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Eleanor Mitchell, high growth ventures director at Scottish Enterprise, shares her thoughts on the landscape for women today at senior levels and how this is changing for the better.

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A few months ago I had a conversation with the chairman of one of Scotland’s Innovation Centres. These technology-focused organisations have their work directed by boards with industrial and academic representatives from the scientific area they represent. 

The chairman had a couple of vacancies that he wanted to fill with people who would add a new perspective to his board, and he was looking to balance the diversity too. His problem was that despite reaching out into his wide network he couldn’t find women with the experience for which he was looking who wanted to take a position on his board. He wondered if I could point him in the direction of someone who could help.

This is a wider problem than just one board in Scotland looking to fill a non-executive position. 

The challenge

Women in STEM (Science, Technology, Engineering and Mathematics) professions are under-represented at board levels across the world – in Silicon Valley there’s an average of just 7.1% female board directors. And the issue isn’t just at board level. Fewer than one in five of London’s Silicon Roundabout bosses are women and only 11% of tech firms in Europe are led by women.

This is all the more surprising as representation of women in some of the STEM professions is significantly higher than might be expected and may be a reflection of the focus on promoting STEM subjects to girls in schools over the last few years.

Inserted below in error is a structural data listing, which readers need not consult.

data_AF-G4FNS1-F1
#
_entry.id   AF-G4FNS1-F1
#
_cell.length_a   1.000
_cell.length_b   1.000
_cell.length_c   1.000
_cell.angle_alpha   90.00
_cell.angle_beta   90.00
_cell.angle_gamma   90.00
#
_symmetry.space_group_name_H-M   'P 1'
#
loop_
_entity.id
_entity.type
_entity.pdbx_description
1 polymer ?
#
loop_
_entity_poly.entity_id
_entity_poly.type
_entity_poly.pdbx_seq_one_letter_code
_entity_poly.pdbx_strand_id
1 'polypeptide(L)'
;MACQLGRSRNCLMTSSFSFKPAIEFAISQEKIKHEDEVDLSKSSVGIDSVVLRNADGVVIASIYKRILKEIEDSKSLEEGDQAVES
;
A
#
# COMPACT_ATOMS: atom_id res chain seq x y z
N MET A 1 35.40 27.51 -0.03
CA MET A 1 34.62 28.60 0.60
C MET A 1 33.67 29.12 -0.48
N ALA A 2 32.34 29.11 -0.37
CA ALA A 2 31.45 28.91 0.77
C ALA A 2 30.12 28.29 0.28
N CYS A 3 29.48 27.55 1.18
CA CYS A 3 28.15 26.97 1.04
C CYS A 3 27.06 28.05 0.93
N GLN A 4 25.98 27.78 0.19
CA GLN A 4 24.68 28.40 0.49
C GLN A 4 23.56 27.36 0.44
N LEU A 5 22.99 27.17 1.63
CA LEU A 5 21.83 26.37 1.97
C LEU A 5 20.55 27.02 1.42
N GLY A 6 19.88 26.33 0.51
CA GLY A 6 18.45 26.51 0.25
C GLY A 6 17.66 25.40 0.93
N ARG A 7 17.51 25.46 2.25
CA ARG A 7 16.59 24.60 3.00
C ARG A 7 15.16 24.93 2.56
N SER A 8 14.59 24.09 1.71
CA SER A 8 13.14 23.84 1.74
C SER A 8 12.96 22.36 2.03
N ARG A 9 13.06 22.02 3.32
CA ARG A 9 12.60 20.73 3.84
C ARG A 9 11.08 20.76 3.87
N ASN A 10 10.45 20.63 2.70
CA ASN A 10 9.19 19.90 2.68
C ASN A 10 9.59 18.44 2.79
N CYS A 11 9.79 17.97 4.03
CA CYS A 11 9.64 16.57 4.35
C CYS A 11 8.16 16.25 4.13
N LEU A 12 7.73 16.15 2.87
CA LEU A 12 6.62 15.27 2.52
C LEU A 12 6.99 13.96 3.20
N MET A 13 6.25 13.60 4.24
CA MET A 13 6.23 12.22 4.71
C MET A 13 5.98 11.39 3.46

Women make up 52% of the Scottish population, but in life sciences make up 63% of the workforce. However, this drops dramatically to 17% at director level. ICT does better at 29% of directors, but this doesn’t get close to what we should be seeing. And it’s even worse in the Engineering and Mathematics areas.

The solution

We need to tackle this issue at both ends by:

  • Encouraging more women to take the leadership route and offer them the mentoring and experience to support them
  • Working with boards, and in particular chairs and CEOs, to demonstrate the benefits of diversity and encourage practical solutions to help companies to change attitudes and working practices to enable this  

There are many organisations that are there to assist with this, and with the Scottish Government’s commitment to achieving 50% representation of women on public sector Boards by 2020, now is a great time to have the discussion.  

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